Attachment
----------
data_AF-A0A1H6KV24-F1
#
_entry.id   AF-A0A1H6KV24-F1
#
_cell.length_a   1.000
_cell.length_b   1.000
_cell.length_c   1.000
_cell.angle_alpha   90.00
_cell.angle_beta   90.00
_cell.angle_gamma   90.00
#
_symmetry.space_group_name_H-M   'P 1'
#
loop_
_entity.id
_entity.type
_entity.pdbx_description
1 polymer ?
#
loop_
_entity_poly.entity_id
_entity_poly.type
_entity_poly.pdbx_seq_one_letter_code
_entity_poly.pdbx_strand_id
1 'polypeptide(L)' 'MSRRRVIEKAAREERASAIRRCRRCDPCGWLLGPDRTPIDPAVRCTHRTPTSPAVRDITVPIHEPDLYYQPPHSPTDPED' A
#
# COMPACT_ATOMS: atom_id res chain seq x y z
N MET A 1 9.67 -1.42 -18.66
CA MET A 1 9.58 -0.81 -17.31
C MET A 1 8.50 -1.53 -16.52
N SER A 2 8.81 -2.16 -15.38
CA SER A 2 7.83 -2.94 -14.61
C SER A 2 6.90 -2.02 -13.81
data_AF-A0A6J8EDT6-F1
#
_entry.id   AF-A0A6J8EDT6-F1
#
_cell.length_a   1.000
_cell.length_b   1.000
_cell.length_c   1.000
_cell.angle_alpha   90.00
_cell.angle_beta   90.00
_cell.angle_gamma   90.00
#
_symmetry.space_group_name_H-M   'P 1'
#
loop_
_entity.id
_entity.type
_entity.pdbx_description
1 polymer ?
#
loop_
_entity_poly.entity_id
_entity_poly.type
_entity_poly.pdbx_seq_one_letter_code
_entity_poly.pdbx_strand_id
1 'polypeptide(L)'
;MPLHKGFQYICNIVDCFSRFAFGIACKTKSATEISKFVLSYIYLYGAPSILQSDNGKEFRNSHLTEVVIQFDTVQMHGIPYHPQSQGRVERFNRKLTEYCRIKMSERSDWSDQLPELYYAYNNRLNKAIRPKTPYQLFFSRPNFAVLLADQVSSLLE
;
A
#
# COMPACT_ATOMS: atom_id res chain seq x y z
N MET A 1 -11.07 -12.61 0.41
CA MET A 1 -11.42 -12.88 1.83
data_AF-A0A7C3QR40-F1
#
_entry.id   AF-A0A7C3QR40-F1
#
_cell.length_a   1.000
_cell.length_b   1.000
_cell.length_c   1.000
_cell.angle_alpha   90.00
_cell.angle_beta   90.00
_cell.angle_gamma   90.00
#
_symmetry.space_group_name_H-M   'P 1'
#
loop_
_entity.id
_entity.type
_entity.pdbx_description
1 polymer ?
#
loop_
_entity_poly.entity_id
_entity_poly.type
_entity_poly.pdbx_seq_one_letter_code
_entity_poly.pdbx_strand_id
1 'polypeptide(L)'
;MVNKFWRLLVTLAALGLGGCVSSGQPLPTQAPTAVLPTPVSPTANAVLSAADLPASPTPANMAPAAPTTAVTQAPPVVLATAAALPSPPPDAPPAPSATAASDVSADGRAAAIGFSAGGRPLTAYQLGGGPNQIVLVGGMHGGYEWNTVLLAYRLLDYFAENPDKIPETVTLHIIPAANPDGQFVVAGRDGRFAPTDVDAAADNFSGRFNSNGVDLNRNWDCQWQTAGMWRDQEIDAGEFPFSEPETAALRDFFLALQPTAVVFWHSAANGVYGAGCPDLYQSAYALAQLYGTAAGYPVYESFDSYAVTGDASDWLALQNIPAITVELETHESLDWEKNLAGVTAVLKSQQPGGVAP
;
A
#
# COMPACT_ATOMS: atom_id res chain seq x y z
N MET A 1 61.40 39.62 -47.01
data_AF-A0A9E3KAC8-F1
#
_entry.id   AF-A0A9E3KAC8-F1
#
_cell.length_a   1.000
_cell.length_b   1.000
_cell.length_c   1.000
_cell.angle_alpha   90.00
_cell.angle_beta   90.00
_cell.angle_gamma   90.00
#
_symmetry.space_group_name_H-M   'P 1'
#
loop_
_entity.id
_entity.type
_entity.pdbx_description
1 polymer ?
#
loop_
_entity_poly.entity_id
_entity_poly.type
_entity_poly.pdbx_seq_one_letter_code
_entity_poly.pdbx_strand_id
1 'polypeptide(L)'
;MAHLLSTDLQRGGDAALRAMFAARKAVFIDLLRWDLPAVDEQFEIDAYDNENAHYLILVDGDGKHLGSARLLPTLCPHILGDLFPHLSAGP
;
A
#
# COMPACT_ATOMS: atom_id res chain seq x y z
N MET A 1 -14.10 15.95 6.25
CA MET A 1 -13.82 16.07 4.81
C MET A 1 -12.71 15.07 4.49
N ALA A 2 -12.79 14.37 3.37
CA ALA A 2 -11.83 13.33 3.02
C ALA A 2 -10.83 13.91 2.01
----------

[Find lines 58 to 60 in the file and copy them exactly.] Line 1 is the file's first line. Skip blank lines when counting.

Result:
1 'polypeptide(L)'
;MPLHKGFQYICNIVDCFSRFAFGIACKTKSATEISKFVLSYIYLYGAPSILQSDNGKEFRNSHLTEVVIQFDTVQMHGIPYHPQSQGRVERFNRKLTEYCRIKMSERSDWSDQLPELYYAYNNRLNKAIRPKTPYQLFFSRPNFAVLLADQVSSLLE
;